Using filters for non-randomized or observational designs is fraught because authors use terminology inconsistantly and because of the diversity in controlled vocabularies implemented in the various databases. A filter will often exclude desirable studies while failing to eliminate much of the unwanted material. Nevertheless, validated filters for most study designs have been developed and can be used succesfully in your review, if necessary.
The PubMed Clinical Queries filters have been validated and provide good results for observational studies (etiology). Filters are available for therapies, diagnosis, prognosis, and prediction guides, too. They are based on a body of work by Haynes et al.
Here's a decent general purpose filter for observational designs. It's modified from the "fixed method B" of Furlan, et al.. The designers of the original found that it can retrieve between 95 to 100% of relevant articles, though in actual use may not be as efficient. Here it's presented as an expanded search that will retrieve case-control studies, too. Expect more retrieval but also more noise. PubMed syntax in red; Embase in blue. The Embase search returns about 30% more citations than the PubMed search because of the structure of Emtree.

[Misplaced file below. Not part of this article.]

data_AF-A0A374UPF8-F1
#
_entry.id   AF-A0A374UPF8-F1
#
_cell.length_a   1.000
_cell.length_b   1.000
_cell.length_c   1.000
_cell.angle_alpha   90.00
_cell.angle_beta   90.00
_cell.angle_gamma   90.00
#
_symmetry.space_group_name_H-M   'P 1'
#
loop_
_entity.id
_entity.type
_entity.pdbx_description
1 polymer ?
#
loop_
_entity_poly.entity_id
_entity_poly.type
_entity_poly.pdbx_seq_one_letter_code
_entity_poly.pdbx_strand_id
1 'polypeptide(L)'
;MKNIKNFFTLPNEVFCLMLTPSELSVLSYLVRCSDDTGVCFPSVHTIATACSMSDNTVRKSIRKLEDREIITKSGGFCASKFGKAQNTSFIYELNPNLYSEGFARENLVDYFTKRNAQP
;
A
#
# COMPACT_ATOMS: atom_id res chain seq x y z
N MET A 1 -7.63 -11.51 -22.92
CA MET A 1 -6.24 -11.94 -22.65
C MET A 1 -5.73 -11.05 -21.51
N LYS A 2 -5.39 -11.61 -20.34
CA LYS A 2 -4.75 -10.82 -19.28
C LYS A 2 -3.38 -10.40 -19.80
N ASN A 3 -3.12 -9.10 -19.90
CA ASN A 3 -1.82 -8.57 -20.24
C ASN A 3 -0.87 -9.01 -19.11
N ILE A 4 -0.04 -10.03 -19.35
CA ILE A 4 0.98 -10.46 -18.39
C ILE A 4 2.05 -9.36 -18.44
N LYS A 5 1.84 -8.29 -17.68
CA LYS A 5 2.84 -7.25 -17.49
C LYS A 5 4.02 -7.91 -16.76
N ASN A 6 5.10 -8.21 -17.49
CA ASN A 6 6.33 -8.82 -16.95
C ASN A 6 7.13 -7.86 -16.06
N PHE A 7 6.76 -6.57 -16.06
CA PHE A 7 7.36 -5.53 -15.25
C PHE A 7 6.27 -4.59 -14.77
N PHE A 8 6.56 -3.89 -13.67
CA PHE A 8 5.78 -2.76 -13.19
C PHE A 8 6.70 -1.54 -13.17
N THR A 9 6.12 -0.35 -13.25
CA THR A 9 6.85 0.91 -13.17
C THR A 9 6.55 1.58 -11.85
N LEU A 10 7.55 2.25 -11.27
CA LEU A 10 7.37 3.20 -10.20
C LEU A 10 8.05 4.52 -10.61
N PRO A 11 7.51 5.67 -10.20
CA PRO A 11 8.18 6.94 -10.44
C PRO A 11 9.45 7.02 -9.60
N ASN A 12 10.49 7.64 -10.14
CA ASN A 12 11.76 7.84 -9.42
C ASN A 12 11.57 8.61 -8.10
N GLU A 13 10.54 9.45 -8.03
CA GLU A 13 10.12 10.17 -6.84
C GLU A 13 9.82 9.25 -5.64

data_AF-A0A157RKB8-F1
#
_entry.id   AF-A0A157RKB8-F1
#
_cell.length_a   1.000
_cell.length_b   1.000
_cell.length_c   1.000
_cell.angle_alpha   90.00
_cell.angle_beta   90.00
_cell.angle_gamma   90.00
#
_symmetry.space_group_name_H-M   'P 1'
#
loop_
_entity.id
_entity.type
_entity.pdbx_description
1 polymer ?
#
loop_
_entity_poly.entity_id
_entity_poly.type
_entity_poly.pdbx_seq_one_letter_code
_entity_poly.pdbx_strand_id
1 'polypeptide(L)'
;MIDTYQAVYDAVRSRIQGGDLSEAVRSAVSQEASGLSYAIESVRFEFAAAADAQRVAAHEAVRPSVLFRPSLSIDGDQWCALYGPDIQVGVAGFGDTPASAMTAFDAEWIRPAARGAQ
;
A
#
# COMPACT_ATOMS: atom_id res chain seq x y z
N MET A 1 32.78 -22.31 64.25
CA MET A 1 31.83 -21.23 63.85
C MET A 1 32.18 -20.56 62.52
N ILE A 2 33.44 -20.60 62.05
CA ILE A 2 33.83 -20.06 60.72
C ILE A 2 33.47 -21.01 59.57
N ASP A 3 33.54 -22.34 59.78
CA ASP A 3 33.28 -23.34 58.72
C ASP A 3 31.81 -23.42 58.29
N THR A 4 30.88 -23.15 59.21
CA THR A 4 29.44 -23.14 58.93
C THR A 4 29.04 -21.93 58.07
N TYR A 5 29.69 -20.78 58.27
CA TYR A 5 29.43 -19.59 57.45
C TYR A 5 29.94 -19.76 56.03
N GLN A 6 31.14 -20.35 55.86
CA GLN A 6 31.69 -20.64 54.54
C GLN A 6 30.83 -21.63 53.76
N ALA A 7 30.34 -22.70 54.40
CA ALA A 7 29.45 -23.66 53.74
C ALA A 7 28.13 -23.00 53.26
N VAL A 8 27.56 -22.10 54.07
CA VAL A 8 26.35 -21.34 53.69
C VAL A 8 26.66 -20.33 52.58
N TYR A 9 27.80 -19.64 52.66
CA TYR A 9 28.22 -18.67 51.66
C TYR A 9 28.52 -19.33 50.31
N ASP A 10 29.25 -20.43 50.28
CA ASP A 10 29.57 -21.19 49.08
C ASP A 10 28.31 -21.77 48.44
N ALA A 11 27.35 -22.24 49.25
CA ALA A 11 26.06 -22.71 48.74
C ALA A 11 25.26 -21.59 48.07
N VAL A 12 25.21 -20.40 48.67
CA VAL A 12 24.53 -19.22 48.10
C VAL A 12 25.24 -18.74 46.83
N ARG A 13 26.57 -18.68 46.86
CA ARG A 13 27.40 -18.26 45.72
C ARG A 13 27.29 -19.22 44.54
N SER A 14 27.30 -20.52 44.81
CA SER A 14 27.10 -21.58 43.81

"cohort studies"[mesh] OR "case-control studies"[mesh] OR "comparative study"[pt] OR "risk factors"[mesh] OR "cohort"[tw] OR "compared"[tw] OR "groups"[tw] OR "case control"[tw] OR "multivariate"[tw]
'clinical article'/exp OR 'controlled study'/exp OR 'major clinical study'/exp OR 'prospective study'/exp OR 'cohort analysis'/exp OR 'cohort':ti,ab OR 'compared':ti,ab OR 'groups':ti,ab OR 'case control':ti,ab OR 'multivariate':ti,ab
Two other sources for filters:
1. Furlan AD, Irvin E, Bombardier C. Limited search strategies were effective in finding relevant nonrandomized studies. J Clin Epidemiol. 2006 Dec;59(12):1303-11. Epub 2006 Jul 11. PubMed PMID: 17098573.